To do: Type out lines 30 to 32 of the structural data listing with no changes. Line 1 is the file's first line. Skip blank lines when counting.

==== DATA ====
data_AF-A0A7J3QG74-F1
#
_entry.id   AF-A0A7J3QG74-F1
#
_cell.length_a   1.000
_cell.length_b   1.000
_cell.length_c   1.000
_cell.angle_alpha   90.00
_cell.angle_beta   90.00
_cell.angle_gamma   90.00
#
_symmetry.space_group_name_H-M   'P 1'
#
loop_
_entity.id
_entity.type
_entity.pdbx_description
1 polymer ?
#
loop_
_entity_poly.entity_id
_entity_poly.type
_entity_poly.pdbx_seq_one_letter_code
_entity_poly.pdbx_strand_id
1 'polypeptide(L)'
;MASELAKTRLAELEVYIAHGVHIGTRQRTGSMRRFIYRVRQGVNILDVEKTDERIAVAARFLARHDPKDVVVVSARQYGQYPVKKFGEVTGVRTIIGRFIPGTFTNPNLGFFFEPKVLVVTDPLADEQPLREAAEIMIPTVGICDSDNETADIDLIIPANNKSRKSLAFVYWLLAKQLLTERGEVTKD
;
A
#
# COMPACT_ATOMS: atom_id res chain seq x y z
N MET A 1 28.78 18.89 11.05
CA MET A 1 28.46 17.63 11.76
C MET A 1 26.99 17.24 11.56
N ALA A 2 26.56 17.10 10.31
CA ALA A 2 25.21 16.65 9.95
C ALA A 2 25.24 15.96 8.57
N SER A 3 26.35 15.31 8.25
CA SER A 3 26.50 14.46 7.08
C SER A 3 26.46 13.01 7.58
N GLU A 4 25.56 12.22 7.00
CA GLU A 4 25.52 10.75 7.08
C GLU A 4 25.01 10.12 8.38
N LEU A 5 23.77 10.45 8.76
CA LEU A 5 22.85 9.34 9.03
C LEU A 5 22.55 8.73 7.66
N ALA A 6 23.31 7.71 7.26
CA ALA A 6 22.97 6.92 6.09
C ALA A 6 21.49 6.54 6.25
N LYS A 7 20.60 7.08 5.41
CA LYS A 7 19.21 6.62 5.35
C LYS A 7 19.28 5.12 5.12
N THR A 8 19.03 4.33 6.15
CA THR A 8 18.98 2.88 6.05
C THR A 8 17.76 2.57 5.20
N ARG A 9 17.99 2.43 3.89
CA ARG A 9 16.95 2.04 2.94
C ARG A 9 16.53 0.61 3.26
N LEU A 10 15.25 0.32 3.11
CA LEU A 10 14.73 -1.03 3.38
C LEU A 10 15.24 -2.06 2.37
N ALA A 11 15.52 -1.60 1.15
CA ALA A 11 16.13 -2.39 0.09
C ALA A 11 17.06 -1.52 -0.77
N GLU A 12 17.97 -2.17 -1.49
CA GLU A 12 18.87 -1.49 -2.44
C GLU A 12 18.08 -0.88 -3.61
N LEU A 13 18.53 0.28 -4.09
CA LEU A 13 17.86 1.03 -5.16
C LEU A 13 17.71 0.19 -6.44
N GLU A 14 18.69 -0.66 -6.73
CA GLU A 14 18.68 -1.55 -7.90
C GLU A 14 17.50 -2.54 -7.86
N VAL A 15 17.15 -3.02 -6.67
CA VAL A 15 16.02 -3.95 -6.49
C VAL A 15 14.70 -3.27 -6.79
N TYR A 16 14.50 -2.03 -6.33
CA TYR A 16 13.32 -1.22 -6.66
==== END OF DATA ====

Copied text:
# COMPACT_ATOMS: atom_id res chain seq x y z
N MET A 1 28.78 18.89 11.05
CA MET A 1 28.46 17.63 11.76